Popcorn is the perfect snack for anyone looking to bone up on fiber. But use only a small amount of butter and salt.
Eat dried beans, peas and legumes, such as lentils, kidney beans, black beans, white beans, chickpeas, split peas and the like. They are brimming with fiber as well as vitamins, minerals and both complex carbohydrates and proteins, yet low in fat.
I meet young women who are sexually active but decide they won’t use birth control because they are afraid of their parents finding out and being angry. Imagine how upset their parents would be if the young woman becomes pregnant and the parent finds out about that. I suggest choosing the birth control option.
Today is Children’s Grief Awareness Day which is meant to increase awareness of the needs of grieving children. The website for this day has resources for grieving children and youth by state. I hope that you won’t need these resources, but grief happens to everyone, including young people.
So cool! Students from Thomas Jefferson High School for Science and Technology in Alexandria, Virginia, with science companies, built a satellite, TJ3SAT, that was just launched by NASA. Here’s the website, http://www.tjhsst.edu/students/activities/tj3sat/, where you can read more about the project, how to track the satellite and contact it. I’m watching it pass over Australia now.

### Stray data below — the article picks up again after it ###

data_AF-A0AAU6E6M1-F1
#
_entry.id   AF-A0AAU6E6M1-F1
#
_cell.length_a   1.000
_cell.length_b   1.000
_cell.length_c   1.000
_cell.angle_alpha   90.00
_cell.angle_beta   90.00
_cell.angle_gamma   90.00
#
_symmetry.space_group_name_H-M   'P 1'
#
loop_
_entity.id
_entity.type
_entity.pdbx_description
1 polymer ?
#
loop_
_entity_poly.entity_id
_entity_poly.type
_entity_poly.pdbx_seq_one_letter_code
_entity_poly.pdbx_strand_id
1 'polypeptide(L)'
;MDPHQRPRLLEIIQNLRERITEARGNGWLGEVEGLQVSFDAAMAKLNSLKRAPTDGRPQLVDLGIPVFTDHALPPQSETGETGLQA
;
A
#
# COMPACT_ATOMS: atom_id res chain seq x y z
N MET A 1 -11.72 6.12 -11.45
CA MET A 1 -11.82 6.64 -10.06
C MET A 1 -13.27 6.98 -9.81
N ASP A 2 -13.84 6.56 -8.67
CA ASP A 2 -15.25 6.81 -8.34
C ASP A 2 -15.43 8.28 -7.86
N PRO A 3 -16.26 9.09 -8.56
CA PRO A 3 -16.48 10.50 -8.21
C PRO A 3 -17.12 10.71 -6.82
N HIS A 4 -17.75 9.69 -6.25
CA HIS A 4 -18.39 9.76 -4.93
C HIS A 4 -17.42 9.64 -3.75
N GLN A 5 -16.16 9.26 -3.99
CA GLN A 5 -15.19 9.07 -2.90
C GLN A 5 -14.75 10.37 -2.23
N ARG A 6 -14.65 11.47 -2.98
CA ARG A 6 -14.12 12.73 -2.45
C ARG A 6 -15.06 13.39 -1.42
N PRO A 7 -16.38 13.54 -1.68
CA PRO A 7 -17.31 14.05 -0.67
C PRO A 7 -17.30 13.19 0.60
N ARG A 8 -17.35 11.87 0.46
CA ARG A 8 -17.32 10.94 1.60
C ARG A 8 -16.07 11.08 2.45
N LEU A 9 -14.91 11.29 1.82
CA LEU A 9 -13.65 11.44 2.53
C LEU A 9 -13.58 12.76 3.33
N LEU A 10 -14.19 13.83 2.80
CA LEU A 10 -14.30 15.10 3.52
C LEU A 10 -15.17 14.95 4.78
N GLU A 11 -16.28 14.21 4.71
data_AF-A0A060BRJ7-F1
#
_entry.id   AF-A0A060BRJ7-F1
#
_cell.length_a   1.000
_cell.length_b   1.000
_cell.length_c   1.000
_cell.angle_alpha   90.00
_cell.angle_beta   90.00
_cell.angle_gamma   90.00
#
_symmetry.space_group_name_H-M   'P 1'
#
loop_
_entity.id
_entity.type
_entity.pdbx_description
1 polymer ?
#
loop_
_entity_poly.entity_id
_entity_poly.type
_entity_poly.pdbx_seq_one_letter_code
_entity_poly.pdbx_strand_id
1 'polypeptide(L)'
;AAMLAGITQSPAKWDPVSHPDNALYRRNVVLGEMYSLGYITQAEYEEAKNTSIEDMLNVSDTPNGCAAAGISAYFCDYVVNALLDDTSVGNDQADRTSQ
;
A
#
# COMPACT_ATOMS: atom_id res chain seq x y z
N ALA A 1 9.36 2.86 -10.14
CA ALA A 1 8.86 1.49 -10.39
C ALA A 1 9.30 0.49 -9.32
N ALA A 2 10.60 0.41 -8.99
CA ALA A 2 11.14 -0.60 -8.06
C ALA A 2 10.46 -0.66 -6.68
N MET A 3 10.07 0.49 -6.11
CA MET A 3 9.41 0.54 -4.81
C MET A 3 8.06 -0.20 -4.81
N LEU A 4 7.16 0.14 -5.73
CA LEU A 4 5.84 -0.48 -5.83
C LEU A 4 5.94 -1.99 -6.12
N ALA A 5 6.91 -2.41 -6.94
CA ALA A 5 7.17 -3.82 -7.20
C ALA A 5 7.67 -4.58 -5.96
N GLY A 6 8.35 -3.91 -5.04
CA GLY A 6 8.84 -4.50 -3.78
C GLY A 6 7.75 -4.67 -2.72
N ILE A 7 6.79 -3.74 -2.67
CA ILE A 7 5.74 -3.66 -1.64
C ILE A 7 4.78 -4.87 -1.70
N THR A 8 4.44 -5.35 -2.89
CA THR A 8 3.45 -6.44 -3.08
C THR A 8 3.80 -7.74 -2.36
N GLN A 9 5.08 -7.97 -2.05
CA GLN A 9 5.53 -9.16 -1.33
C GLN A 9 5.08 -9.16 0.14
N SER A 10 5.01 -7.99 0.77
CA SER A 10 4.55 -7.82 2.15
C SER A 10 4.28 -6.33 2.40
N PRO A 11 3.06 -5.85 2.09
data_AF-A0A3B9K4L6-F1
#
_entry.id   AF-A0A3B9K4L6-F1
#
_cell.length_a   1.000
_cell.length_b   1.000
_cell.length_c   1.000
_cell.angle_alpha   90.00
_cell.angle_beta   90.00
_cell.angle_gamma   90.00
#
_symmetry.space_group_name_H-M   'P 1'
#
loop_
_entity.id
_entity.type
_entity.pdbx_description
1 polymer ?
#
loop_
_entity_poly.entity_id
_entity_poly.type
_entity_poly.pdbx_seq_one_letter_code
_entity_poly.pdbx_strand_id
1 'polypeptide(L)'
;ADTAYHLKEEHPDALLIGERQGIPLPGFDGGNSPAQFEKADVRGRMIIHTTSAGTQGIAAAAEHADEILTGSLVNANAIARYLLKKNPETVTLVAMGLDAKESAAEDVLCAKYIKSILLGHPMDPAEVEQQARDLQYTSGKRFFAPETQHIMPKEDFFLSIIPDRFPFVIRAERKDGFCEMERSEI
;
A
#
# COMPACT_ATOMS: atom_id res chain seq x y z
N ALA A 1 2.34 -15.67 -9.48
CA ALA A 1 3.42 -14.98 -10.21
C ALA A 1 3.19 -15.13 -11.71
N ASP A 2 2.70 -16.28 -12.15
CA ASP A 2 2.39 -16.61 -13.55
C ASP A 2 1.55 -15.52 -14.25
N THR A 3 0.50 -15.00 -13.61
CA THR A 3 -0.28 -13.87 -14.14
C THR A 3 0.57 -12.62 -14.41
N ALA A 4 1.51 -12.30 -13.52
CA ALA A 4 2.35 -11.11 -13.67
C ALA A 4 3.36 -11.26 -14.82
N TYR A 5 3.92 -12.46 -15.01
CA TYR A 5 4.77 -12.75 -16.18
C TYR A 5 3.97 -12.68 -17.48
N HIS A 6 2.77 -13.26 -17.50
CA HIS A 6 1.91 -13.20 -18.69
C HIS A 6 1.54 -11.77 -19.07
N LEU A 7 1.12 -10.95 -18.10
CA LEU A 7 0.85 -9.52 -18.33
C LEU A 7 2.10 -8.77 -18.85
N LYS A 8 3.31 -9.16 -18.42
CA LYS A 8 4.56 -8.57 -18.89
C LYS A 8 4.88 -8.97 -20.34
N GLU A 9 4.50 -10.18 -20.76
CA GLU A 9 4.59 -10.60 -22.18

Sometimes a Lemony Snicket quote helps.
“At times the world may seem an unfriendly and sinister place, but believe that there is much more good in it than bad. All you have to do is look hard enough, and what might seem to be a series of unfortunate events may in fact be the first steps of a journey.”
It’s amazing what makeup and airbrushing can do to change how someone looks. This video is an example of that. In my opinion, the young lady is nice looking without the makeup and airbrushing. You decide.
There’s still time to get your flu vaccine and there are other things you can do to protect yourself from the flu. This video has more information.
There is nothing like visiting someone in a hospital to make you realize how small and manageable your problems are compared to so many others’. I was thinking this today and then saw this video on the New York Times website. Question: How do you mend a broken heart? Answer: Count your blessings. Here’s the link http://nyti.ms/1brBxGh.
I know that I posted this video before, but I just love this simple dance which can get you moving and help build strong bones. You’ve got to try it.
There was a devastating typhoon in the Philippines, Typhoon Haiyan which is also known as Typhoon Yolanda, Thousands may have died. Girl Scouts of America have a list of resources on their blog. Here’s the link, http://blog.girlscouts.org/2013/11/how-to-help-survivors-of-typhoon-haiyan.html.
Here’s a clip from a documentary, The Graduates/Los Graduados, I just watched. I hope it is shown again so you can watch it-maybe you’ll be as moved as I was.
“I have missed more than 9,000 shots in my career. I have lost almost 300 games. On 26 occasions I have been entrusted to take the game winning shot… and I missed. I have failed over and over and over again in my life. And that’s precisely why I succeed.”
This story of a doctor in my hospital shows the power of resilience. If he can become a surgeon after what he went through, think of what you can do!
Many young women I know are choosing long-acting contraception like the implant. It is inserted under the skin of the arm and lasts for 3 years. It’s great-you don’t have to remember to take a pill everyday if you don’t want to. Better still, you don’t have to worry about getting pregnant. What could be better than that?!